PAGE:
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The Unique Relationship Curb Your Enthusiasm Has With HBO

Any way you slice it, Larry David is one of the most successful TV writer-producers of his generation. The sitcom he co-created with Jerry Seinfeld, "Seinfeld," is still considered one of the greatest sitcoms ever made since it went off the air in 1998–and it's generated more than $3 billion in profits (via Fox Business).

His second sitcom, "Curb Your Enthusiasm," was already HBO's longest-running scripted, (technically, outlined and improvised), series in its history, at 11 seasons and 110 episodes over 20 years–and that was before HBO renewed "Curb Your Enthusiasm" for Season 12.

Naturally, David has reached such a level of success in show business that the rules are different for him than they are for a typical writer-producer–something that he's poked fun at via his fictional alter-ego on "Curb" many times before. As a result, "Curb Your Enthusiasm" has a different relationship with HBO than any other show on the network.

Curb Your Enthusiasm has an open-door policy with HBO

As noted by The Hollywood Reporter, Larry David and fellow "Curb Your Enthusiasm" executive producer Jeff Schaffer have an "open-door" policy with HBO.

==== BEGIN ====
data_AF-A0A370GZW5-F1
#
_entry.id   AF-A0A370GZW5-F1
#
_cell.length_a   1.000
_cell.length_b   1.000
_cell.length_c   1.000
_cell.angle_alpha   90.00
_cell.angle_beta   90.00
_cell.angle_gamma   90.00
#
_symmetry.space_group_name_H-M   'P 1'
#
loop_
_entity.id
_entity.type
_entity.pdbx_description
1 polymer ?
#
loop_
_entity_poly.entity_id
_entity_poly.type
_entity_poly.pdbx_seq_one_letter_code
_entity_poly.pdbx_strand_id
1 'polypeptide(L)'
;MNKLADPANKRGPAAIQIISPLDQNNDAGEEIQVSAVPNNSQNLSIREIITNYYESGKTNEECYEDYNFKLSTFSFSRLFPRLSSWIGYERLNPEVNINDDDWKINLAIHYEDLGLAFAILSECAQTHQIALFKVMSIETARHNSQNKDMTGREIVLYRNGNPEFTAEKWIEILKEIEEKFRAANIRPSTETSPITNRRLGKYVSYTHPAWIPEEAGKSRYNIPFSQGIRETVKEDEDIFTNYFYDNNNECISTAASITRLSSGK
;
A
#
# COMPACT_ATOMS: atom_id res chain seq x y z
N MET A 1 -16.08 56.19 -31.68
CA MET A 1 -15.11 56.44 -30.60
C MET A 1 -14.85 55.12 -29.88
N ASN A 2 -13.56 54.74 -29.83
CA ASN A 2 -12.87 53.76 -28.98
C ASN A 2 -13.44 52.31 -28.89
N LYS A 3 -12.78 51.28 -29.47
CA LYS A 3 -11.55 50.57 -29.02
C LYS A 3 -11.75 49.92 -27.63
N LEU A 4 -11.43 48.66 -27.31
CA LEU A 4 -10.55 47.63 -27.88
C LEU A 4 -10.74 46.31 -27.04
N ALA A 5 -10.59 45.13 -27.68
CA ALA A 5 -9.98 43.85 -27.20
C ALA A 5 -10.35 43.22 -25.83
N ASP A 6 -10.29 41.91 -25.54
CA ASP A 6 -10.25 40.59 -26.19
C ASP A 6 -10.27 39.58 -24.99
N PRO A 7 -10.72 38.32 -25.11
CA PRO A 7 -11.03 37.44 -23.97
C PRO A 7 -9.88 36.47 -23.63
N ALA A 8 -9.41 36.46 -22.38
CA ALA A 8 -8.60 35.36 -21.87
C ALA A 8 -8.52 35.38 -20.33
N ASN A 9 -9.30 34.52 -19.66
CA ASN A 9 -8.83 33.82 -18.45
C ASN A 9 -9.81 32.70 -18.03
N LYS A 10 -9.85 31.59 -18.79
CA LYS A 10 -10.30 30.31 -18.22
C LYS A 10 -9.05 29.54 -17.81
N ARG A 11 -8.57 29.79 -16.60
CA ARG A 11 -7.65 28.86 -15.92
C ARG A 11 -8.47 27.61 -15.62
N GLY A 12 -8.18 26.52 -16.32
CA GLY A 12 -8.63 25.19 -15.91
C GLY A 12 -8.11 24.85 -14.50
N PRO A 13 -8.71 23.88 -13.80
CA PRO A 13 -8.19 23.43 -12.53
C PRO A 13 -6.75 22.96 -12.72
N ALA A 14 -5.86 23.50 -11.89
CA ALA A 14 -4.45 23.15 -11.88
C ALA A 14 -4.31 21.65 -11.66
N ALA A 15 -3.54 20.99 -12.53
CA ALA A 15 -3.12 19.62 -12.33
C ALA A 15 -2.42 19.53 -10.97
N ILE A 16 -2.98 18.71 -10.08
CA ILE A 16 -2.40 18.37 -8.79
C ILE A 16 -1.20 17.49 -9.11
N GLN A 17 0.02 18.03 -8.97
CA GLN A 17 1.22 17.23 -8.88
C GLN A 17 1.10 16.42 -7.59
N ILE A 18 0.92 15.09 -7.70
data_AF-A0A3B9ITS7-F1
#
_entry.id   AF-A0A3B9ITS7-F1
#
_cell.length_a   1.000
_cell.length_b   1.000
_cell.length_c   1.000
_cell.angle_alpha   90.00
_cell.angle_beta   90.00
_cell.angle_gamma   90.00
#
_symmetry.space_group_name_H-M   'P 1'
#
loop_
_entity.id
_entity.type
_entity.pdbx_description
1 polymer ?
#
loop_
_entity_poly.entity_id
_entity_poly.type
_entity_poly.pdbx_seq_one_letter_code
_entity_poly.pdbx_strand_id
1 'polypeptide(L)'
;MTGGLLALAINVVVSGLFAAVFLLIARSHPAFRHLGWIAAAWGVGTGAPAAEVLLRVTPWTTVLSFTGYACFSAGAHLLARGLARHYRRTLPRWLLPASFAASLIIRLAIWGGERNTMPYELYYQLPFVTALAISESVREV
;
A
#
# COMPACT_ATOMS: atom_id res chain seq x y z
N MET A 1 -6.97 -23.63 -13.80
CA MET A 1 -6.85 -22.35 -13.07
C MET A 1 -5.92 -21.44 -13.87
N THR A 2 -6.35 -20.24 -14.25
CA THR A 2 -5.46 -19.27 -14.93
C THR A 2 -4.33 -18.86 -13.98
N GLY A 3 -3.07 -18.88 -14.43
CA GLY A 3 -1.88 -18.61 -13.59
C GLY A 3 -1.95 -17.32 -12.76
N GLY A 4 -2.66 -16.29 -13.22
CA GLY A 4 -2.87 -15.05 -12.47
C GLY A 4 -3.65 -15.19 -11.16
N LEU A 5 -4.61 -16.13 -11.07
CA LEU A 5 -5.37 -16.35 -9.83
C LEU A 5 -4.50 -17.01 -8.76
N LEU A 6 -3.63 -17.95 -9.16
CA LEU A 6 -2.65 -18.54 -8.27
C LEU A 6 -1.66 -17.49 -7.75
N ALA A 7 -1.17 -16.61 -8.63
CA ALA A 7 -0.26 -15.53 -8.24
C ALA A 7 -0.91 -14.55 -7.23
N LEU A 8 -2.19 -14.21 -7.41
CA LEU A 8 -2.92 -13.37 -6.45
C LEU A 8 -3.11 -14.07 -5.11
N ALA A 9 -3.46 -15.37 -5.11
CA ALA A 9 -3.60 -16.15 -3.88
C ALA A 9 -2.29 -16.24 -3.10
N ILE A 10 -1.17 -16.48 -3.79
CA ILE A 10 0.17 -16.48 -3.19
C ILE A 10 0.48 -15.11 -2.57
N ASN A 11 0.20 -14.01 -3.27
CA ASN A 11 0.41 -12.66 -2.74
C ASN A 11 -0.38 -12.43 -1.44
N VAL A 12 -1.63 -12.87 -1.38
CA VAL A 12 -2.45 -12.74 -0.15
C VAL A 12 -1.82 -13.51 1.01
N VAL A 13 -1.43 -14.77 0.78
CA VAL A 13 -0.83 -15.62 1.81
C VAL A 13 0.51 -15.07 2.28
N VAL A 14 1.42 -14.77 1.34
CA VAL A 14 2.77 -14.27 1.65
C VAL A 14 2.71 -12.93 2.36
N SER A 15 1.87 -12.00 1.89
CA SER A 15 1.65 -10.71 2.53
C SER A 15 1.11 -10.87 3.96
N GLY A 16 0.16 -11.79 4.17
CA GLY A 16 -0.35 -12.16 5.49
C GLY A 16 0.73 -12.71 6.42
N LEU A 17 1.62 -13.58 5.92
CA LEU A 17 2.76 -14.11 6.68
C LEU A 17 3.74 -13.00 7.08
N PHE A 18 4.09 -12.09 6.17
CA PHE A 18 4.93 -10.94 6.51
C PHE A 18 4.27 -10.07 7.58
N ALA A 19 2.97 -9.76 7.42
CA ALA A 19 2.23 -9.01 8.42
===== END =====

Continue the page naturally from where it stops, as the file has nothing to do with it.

Essentially, this means that HBO is always willing to renew "Curb" for another season, but only when Larry David feels like he has enough material. 

"He's the only person in Los Angeles who works like that," David's co-star Cheryl Hines, who plays Larry's now ex-wife Cheryl, told The Guardian. "There's always an open-door policy for Larry."

David and HBO have been working this way for years. Ultimately, it boils down to quality control. David doesn't want to commit to doing another season unless he feels like he has enough material to sustain ten episodes without any weak ones. According to Schaffer, David is never confident that he'll have enough material until he does, which is ironic considering he's one of the most prolific comedy writers of the last 30-plus years.

Practically any TV show creator would love the freedom to decide for themselves whether their own show comes back, but when you're Larry David, you get those kinds of privileges. Pretty, pretty good.